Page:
According to Biological Diversity, "An estimated 40 percent of the food produced in the United States is wasted every year, costing households, businesses and farms about $218 billion annually."

There are so many things wrong with this.

First of all it's a waste of money for the households who throw out good food. Second, it's a waste of all of the resources that went into growing the food, including the animals who gave their lives for the meal. Third, there's something very wrong with throwing out food when one in eight Americans struggle with hunger.

Supermarkets are just as guilty of this unnecessary waste as consumers. About 10% of all food waste are supermarket products thrown out before they've reached their expiration date.

Three years ago, France took big steps to combat food waste by making a law that bans grocery stores from throwing away edible food.According to the new ordinance, stores can be fined for up to $4,500 for each infraction.

Previously, the French threw out 7.1 million tons of food. Sixty-seven percent of which was tossed by consumers, 15% by restaurants, and 11% by grocery stores.

This has created a network of over 5,000 charities that accept the food from supermarkets and donate them to charity. The law also struck down agreements between supermarkets and manufacturers that prohibited the stores from donating food to charities.

"There was one food manufacturer that was not authorized to donate the sandwiches it made for a particular supermarket brand. But now, we get 30,000 sandwiches a month from them — sandwiches that used to be thrown away," Jacques Bailet, head of the French network of food banks known as Banques Alimentaires, told NPR.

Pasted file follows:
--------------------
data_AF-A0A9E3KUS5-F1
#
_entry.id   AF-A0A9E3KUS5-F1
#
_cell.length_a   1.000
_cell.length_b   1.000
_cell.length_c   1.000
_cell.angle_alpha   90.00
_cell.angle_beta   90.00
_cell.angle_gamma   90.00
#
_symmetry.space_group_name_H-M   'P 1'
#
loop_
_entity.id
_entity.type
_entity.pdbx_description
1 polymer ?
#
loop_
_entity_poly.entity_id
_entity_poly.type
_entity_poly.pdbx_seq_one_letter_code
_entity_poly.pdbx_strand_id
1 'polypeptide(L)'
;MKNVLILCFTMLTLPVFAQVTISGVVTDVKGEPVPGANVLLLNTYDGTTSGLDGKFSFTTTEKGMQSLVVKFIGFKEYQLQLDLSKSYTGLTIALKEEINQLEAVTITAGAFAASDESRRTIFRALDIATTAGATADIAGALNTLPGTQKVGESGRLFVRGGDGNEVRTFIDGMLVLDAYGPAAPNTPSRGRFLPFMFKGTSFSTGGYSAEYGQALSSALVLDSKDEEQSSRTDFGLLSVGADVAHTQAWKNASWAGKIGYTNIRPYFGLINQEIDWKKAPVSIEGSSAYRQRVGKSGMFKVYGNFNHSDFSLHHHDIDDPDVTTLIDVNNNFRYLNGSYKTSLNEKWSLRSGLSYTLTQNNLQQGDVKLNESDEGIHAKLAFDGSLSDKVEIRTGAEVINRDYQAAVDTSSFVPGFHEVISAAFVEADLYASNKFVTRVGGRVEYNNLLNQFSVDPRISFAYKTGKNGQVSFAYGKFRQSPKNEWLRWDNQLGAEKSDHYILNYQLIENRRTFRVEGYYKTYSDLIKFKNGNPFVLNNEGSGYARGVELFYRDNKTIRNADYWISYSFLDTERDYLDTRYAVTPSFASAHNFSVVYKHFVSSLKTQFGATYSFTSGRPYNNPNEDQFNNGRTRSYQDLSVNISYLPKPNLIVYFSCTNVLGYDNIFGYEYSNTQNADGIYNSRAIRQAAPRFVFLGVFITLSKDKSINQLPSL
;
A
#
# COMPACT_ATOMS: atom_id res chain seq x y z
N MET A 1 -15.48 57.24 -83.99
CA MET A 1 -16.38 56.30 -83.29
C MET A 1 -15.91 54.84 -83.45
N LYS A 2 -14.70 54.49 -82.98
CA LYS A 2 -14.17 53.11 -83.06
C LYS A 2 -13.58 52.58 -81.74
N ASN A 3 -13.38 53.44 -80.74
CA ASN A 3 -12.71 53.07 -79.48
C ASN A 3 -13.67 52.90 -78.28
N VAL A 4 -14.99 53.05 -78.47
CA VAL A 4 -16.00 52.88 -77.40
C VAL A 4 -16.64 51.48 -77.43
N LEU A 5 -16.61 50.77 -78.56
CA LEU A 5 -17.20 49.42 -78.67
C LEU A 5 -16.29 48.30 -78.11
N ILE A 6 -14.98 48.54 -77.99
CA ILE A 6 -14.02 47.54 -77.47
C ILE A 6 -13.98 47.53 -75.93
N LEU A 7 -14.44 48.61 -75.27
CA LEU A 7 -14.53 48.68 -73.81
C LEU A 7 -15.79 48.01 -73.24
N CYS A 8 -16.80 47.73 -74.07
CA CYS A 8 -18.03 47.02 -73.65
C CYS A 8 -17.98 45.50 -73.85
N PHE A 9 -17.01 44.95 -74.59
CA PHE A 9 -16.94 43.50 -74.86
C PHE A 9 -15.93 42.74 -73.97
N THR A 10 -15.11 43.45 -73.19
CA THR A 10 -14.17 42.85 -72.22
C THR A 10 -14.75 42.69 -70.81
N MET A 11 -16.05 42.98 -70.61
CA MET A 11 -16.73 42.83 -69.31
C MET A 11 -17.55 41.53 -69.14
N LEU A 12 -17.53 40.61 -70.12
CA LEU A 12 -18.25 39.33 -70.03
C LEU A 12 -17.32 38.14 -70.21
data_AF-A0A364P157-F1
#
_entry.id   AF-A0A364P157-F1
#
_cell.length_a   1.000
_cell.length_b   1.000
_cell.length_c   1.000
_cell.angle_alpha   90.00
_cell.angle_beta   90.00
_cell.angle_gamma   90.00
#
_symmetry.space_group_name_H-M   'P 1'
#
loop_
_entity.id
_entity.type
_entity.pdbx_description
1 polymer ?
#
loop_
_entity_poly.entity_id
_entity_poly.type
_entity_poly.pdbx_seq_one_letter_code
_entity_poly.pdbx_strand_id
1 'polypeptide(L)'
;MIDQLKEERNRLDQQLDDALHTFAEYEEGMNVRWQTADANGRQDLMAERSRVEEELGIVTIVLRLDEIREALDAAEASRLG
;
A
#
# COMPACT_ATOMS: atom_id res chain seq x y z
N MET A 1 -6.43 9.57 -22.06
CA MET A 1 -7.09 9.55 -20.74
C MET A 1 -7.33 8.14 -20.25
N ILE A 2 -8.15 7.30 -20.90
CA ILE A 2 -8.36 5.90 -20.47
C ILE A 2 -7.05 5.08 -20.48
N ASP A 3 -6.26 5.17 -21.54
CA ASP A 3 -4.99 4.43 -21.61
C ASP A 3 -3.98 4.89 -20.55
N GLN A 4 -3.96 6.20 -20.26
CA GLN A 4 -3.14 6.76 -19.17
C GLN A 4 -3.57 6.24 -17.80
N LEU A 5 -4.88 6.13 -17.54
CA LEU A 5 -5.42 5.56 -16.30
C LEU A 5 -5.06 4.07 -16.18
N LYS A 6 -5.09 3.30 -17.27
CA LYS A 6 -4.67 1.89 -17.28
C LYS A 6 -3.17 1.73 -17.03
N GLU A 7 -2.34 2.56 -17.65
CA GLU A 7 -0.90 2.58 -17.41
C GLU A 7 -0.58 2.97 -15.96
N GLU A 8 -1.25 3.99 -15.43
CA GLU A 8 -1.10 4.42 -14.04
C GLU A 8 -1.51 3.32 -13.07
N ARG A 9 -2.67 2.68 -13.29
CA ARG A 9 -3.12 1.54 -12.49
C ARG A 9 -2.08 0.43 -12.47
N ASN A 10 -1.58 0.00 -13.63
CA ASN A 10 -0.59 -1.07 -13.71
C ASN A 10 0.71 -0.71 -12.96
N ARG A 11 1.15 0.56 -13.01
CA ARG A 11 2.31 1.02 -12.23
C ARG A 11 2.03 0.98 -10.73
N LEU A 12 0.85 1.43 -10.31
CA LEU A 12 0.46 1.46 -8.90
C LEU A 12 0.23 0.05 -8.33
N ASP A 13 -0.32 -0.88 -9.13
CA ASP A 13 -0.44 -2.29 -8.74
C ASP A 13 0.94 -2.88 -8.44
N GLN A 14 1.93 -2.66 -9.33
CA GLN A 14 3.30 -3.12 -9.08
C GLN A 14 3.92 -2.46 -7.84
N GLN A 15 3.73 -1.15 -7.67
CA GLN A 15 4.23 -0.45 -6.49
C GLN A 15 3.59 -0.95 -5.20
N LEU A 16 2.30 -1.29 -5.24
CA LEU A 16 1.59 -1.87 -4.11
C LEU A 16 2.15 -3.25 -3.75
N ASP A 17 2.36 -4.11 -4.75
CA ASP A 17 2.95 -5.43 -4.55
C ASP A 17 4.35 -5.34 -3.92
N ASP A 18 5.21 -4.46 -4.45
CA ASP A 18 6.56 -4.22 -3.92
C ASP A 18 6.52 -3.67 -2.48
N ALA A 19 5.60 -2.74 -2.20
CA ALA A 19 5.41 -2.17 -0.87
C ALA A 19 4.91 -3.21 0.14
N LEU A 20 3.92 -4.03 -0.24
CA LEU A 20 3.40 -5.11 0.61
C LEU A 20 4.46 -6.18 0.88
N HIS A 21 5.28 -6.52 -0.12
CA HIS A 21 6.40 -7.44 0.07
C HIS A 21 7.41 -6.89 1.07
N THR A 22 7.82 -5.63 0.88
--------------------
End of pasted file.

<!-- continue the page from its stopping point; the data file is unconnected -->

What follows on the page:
It's expected that similar laws may spread through Europe, but people are a lot less confident at it happening in the United States. The USDA believes that the biggest barrier to such a program would be cost to the charities and or supermarkets.

"The logistics of getting safe, wholesome, edible food from anywhere to people that can use it is really difficult," the organization said according to Gizmodo. "If you're having to set up a really expensive system to recover marginal amounts of food, that's not good for anybody."

Plus, the idea may seem a little too "socialist" for the average American's appetite.

"The French version is quite socialist, but I would say in a great way because you're providing a way where they [supermarkets] have to do the beneficial things not only for the environment, but from an ethical standpoint of getting healthy food to those who need it and minimizing some of the harmful greenhouse gas emissions that come when food ends up in a landfill," Jonathan Bloom, the author of American Wasteland, told NPR.

However, just because something may be socialist doesn't mean it's wrong. The greater wrong is the insane waste of money, damage to the environment, and devastation caused by hunger that can easily be avoided.

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Policing women's bodies — and by consequence their clothes — is nothing new to women across the globe. But this mother's "legging problem" is particularly ridiculous.

What someone wears, regardless of gender, is a personal choice. Sadly, many folks like Maryann White, mother of four sons, think women's attire — particularly women's leggings are a threat to men.

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Men are sharing examples of how they step up and step in when they see problematic behaviors in their peers, and people are here for it.

Twitter user "feminist next door" posed an inquiry to her followers, asking "good guys" to share times they saw misogyny or predatory behavior and did something about it. "What did you say," she asked. "What are your suggestions for the other other men in this situation?" She added a perfectly fitting hashtag: #NotCoolMan.